Interestingly, one report says that Apple will launch the AR/VR headset despite reservations from the design team that the device is too heavy and not ready for prime time. Tim Cook and Apple COO Jeff Williams reportedly overruled the design team in order to release this year. A 3D model of the Apple headset has also leaked

A report in The Wall Street Journal says the headset will resemble a pair of ski googles, feature an external battery pack and that its “capabilities far exceed those of competitors." It also may get a blinding display that can hit 5,000 nits peak brightness with 4K resolution in each eye. Demo sessions could feature a brand new immersive version of FaceTime as well.

Apple's AR WWDC 2023 teaser

Apple's AR WWDC 2023 teaser (Image credit: Tom's Guide)

For more signs that Apple has AR on the brain, go to the Apple Events page on your iPhone or iPad and tap the Apple logo on the page. An augmented reality version of the logo with the WWDC's June 5 date will appear floating on your view finder. Is that confirmation, a mixed reality headset is coming? Probably not, but it's a fun way to get ready for WWDC.

New Macs: As for another hardware announcements at WWDC, Rumors of a 15-inch MacBook Air featuring the M2 chip or a new Mac Pro persist, especially now that there won't be another Apple event before WWDC.  Mark Gurman also claims that "several new Macs" will launch during the keynote address, lending credence to the many rumors.

Of the rumored Macs, the Mac Studio M2 seems like the more appropriate announcement at an event packed with developers, though signs suggest the new 15-inch MacBook Air will also launch at WWDC. Production is even said to be ramping up ahead of a potential WWDC launch. We rather hope that the debut of a larger MacBook Air could lead to Apple killing off the MacBook Pro 13-inch, which seems evermore less relevant in the MacBook line up.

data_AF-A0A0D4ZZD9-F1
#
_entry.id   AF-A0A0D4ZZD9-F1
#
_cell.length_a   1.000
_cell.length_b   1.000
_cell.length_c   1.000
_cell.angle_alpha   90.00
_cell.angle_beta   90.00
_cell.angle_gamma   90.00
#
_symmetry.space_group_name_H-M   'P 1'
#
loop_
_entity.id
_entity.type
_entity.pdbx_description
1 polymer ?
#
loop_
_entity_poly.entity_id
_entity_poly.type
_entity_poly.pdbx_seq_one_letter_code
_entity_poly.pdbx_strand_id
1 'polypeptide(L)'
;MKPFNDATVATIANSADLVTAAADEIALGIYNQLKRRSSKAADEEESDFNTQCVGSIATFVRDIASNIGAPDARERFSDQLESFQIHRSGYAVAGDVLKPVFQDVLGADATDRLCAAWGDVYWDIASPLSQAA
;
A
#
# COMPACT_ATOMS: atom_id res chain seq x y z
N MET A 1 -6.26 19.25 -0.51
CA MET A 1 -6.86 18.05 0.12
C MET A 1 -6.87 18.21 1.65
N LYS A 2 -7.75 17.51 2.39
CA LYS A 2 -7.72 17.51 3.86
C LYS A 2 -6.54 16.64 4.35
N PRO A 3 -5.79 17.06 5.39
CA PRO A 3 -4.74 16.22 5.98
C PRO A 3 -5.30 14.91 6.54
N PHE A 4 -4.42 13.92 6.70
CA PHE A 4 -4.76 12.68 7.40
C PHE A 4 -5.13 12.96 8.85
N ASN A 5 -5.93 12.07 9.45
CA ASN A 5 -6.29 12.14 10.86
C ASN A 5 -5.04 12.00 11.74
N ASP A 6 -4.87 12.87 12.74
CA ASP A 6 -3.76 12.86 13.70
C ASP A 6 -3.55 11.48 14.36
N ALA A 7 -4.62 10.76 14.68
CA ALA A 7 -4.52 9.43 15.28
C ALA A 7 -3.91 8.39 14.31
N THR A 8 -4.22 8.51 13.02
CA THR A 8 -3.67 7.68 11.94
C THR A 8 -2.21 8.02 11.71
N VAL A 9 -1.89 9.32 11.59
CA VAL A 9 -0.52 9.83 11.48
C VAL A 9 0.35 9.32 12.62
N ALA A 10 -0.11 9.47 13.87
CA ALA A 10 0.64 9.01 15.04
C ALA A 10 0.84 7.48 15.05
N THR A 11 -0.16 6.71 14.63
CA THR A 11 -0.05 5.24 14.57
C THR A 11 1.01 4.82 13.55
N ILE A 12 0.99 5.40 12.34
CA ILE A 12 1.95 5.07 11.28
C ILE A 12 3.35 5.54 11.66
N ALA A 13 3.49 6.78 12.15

One unlikely source of speculation is Apple itself: Three unreleased Mac models have been spotted on the backend of Apple's Find My network. They appear to be desktop Mac models, as they aren't compatible with Find My functionality and are listed alongside other confirmed desktop Macs. A lot remains unclear, though. These three identifiers could represent three versions of a single model in Apple's Mac lineup, or two variants of one product and another of a second product. There's just no telling.

Similarly, while there are rumblings of new Mac Studios coming, their launch seems to be further away than WWDC, potentially to give a possible Mac Pro refresh some breathing room. Nevertheless, Bloomberg's Mark Gurman reports that Apple will start accepting Mac Studio trade-ins on June 5, the same day WWDC starts. (The 13-inch M2 MacBook Air and MacBook Pro models are also scheduled to be accepted for trade-ins, Gurman says.) That's raising speculation a new Mac Studio may arrive in June.

Don't expect any Apple hardware announced at WWDC 2023 to use M3 chips though. Apple's apparently struggling to produce enough for new Macs and iPads. But at least when they do arrive, they should be impressively powerful.

WWDC 2023 outlook

Even without hardware, WWDC 2023 would be a packed event given all the software previews Apple is likely to show off. But with all signs pointing to a sneak preview of the Apple Reality Pro headset, this year's edition of Apple's developer conference figures to be more significant than usual.

Stay tuned for more rumors and additional information on what Apple has in store for WWDC 2023 as we get even closer to that June 5 opening keynote.

Philip Michaels

Philip Michaels is a Managing Editor at Tom's Guide. He's been covering personal technology since 1999 and was in the building when Steve Jobs showed off the iPhone for the first time. He's been evaluating smartphones since that first iPhone debuted in 2007, and he's been following phone carriers and smartphone plans since 2015. He has strong opinions about Apple, the Oakland Athletics, old movies and proper butchery techniques. Follow him at @PhilipMichaels.